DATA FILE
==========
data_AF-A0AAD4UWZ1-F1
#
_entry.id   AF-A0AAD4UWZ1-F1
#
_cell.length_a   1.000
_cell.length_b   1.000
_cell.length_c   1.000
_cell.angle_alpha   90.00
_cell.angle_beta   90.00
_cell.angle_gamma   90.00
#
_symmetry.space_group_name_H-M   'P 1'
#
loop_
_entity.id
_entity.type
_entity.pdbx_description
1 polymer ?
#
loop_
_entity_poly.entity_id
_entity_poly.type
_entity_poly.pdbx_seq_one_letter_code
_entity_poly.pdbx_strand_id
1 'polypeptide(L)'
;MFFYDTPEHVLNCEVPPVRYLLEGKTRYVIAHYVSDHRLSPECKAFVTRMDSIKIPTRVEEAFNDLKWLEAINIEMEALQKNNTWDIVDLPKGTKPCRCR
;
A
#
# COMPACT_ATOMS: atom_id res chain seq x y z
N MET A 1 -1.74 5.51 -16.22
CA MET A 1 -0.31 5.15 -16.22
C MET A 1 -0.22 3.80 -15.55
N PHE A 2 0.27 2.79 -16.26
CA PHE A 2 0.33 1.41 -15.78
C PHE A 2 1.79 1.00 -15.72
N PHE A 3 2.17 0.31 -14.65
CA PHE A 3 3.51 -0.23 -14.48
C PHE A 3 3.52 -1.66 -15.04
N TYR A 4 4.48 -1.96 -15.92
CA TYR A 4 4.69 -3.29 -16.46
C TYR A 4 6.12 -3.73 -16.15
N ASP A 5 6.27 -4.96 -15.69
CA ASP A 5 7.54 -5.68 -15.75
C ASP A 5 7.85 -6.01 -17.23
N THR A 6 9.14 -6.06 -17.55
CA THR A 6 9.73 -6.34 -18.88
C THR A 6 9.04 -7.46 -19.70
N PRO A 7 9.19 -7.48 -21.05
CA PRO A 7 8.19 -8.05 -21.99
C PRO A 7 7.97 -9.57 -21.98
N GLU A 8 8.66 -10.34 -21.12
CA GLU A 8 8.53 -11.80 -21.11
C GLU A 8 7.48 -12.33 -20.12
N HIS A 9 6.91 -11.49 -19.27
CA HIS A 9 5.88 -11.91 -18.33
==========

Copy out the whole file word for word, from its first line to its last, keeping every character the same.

data_AF-A0AAD4UWZ1-F1
#
_entry.id   AF-A0AAD4UWZ1-F1
#
_cell.length_a   1.000
_cell.length_b   1.000
_cell.length_c   1.000
_cell.angle_alpha   90.00
_cell.angle_beta   90.00
_cell.angle_gamma   90.00
#
_symmetry.space_group_name_H-M   'P 1'
#
loop_
_entity.id
_entity.type
_entity.pdbx_description
1 polymer ?
#
loop_
_entity_poly.entity_id
_entity_poly.type
_entity_poly.pdbx_seq_one_letter_code
_entity_poly.pdbx_strand_id
1 'polypeptide(L)'
;MFFYDTPEHVLNCEVPPVRYLLEGKTRYVIAHYVSDHRLSPECKAFVTRMDSIKIPTRVEEAFNDLKWLEAINIEMEALQKNNTWDIVDLPKGTKPCRCR
;
A
#
# COMPACT_ATOMS: atom_id res chain seq x y z
N MET A 1 -1.74 5.51 -16.22
CA MET A 1 -0.31 5.15 -16.22
C MET A 1 -0.22 3.80 -15.55
N PHE A 2 0.27 2.79 -16.26
CA PHE A 2 0.33 1.41 -15.78
C PHE A 2 1.79 1.00 -15.72
N PHE A 3 2.17 0.31 -14.65
CA PHE A 3 3.51 -0.23 -14.48
C PHE A 3 3.52 -1.66 -15.04
N TYR A 4 4.48 -1.96 -15.92
CA TYR A 4 4.69 -3.29 -16.46
C TYR A 4 6.12 -3.73 -16.15
N ASP A 5 6.27 -4.96 -15.69
CA ASP A 5 7.54 -5.68 -15.75
C ASP A 5 7.85 -6.01 -17.23
N THR A 6 9.14 -6.06 -17.55
CA THR A 6 9.73 -6.34 -18.88
C THR A 6 9.04 -7.46 -19.70
N PRO A 7 9.19 -7.48 -21.05
CA PRO A 7 8.19 -8.05 -21.99
C PRO A 7 7.97 -9.57 -21.98
N GLU A 8 8.66 -10.34 -21.12
CA GLU A 8 8.53 -11.80 -21.11
C GLU A 8 7.48 -12.33 -20.12
N HIS A 9 6.91 -11.49 -19.27
CA HIS A 9 5.88 -11.91 -18.33